August 3rd, 2010
05:00 PM ET

How early is too early for presidential campaign to begin?

FROM CNN's Jack Cafferty:

Right now, it's all about the 2010 midterm elections... or is it? As soon as the polls close on November 2 and the winners are announced, the focus will shift to the presidential race of 2012.
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Even though that may seem far away... for some, the presidential campaign has already begun.

Potential Republican hopefuls are already logging multiple visits to key early states - like Iowa and New Hampshire.

Minnesota Governor Tim Pawlenty.... he's set to make his fifth visit to Iowa next week... he's also made three trips to New Hampshire.

Pawlenty insists he won't decide whether or not to run until early next year. Maybe… but in the meantime he's working it.... big-time. Meeting local politicians, shaking hands with voters, making speeches about how to fix the country, talking about his blue-collar background, raising money for his political action committee... you get the idea.

And Pawlenty is not the only one. Far from it.

According to Radio Iowa, since the 2008 presidential race ended, the following politicians have been to Iowa multiple times: former Pennsylvania Senator Rick Santorum, former House Speaker Newt Gingrich, and former Arkansas Governor Mike Huckabee. Also, former Governors Sarah Palin, Mitt Romney and George Pataki have each been once.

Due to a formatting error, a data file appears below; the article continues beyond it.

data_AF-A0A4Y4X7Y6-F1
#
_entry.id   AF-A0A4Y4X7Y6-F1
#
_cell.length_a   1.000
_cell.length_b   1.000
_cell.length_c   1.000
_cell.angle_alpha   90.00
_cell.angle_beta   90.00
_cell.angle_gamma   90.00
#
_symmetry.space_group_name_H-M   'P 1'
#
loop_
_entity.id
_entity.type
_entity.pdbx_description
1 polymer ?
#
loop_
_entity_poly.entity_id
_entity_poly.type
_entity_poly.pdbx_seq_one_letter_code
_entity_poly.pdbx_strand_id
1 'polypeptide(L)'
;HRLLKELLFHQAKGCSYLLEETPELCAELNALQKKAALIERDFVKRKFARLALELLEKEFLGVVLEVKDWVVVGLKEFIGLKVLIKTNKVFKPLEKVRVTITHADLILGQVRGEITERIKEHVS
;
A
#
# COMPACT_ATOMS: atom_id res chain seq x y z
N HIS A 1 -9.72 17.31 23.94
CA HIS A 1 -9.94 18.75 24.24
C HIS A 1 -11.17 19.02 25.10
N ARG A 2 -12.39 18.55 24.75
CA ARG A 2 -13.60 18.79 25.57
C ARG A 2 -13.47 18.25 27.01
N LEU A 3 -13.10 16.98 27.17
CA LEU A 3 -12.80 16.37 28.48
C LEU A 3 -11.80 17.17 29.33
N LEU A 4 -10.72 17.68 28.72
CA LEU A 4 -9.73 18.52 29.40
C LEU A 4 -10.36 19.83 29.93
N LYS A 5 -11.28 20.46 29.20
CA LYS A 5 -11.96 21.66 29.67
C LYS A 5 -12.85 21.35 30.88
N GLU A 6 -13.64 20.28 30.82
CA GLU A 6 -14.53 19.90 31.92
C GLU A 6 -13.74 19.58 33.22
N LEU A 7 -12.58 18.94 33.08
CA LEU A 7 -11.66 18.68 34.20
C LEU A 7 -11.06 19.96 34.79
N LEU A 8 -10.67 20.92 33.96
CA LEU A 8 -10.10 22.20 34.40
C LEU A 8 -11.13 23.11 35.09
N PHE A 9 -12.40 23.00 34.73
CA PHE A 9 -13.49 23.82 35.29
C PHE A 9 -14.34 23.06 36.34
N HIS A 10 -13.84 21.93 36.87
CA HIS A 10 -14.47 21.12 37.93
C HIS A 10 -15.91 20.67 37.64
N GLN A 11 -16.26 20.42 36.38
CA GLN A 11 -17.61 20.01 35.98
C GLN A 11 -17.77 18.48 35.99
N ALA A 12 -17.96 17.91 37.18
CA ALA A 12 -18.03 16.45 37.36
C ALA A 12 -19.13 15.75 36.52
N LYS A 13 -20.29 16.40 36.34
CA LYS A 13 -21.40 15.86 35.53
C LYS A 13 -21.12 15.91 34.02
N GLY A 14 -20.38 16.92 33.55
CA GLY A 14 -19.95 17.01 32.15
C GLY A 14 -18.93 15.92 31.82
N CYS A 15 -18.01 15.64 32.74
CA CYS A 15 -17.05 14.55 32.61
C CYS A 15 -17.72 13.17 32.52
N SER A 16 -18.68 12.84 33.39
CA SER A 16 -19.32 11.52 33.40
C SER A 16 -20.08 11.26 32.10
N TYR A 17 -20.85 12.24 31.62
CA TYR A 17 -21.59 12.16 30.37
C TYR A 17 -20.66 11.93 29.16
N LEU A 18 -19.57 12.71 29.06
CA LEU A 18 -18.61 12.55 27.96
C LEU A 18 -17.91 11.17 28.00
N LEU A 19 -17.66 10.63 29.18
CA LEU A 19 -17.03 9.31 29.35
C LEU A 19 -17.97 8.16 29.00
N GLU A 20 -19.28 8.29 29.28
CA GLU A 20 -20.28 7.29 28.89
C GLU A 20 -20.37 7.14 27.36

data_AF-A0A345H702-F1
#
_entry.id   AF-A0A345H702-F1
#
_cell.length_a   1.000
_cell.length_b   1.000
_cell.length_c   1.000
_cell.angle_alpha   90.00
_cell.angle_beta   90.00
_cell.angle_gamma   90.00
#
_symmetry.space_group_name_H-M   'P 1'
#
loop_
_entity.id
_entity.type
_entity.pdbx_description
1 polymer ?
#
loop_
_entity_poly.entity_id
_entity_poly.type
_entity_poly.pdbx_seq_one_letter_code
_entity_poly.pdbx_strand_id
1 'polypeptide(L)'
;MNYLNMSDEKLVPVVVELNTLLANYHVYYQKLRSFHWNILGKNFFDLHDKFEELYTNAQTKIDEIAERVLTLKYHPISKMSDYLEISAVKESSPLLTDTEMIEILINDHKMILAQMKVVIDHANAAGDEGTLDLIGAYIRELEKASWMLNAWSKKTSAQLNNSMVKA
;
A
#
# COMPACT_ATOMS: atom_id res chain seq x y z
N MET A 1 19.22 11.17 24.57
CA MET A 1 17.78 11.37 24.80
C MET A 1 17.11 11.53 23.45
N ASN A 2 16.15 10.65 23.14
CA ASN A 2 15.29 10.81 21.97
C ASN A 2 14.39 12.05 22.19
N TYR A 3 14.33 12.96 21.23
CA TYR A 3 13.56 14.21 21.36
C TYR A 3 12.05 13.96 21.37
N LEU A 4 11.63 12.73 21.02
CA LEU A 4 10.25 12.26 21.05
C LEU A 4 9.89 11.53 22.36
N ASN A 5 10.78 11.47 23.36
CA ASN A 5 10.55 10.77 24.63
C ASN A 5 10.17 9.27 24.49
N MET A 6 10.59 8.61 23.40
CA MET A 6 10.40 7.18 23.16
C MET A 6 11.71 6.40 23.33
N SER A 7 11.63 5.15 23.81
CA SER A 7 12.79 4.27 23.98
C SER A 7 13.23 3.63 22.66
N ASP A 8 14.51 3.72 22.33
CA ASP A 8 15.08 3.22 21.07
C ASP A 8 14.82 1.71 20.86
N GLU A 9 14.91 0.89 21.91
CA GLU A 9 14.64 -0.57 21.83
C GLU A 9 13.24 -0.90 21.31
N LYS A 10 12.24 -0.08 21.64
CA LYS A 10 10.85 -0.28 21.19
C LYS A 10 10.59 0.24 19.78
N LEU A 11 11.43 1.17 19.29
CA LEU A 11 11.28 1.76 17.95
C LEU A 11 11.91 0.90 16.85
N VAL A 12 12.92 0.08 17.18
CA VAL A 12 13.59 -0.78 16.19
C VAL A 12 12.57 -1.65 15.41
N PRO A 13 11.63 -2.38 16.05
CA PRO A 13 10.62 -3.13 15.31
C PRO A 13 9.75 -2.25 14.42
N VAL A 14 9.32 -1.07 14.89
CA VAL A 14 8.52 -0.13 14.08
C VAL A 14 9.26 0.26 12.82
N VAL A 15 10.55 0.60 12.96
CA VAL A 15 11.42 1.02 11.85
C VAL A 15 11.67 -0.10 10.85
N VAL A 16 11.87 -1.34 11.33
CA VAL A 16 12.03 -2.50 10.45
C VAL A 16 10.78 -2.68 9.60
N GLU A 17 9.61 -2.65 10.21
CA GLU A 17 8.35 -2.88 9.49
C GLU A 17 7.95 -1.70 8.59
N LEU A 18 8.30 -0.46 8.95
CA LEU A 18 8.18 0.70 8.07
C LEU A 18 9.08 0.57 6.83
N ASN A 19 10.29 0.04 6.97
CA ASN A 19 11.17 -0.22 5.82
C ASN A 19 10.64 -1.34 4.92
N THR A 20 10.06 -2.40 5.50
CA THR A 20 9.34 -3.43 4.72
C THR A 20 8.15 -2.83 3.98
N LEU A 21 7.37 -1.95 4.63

It could very well be one of this crop who hopes to unseat Pres. Obama.

For the rest of us, this means before you know it… we'll be bombarded daily with polls and television ads and fund-raising pleas and debates... and all the wonderful things that go along with a presidential campaign. Wolf is positively giddy in anticipation.

Here’s my question to you: How early is too early for another presidential campaign to begin?

Interested to know which ones made it on air?


May 23rd, 2008
05:59 PM ET

Kids donating $ from toys to politicians?


FROM CNN's Jack Cafferty:

Hillary Clinton is reminding voters about that 11-year-old Kentucky boy who sold his bike and video games so he could donate more than $400 to her campaign. And his parents let him do it. And she took the money.

After her win in Kentucky this week, Clinton once again thanked Dalton Hatfield, saying he helped her "carry the day" in his home state.

The New York Times caught up with 5th grader, who says he decided to donate to Clinton's campaign about two months ago when he saw she was running low on money: "I just saw so much that I did not need such as like my video games, and I thought, 'What can I do with them?'" So he sold his bike, video games and also collected other donations.

He says Clinton has "very good views on specific issues that are important to this election”, including the war, the economy and health care – all things that matter deeply to an 11-year-old.

Hatfield has since met with both former President Bill Clinton and Hillary. He says he was nervous about meeting Senator Clinton... but she told him that he'll "always have two friends, her and Bill." The elementary school student says he'd have to think about raising money for Obama, should he become the nominee... but as of now, probably not.

The story of a little kid selling his toys to donate money to a politician is the perfect way to end the week for the Cafferty File.
Interested to know which ones made it on air?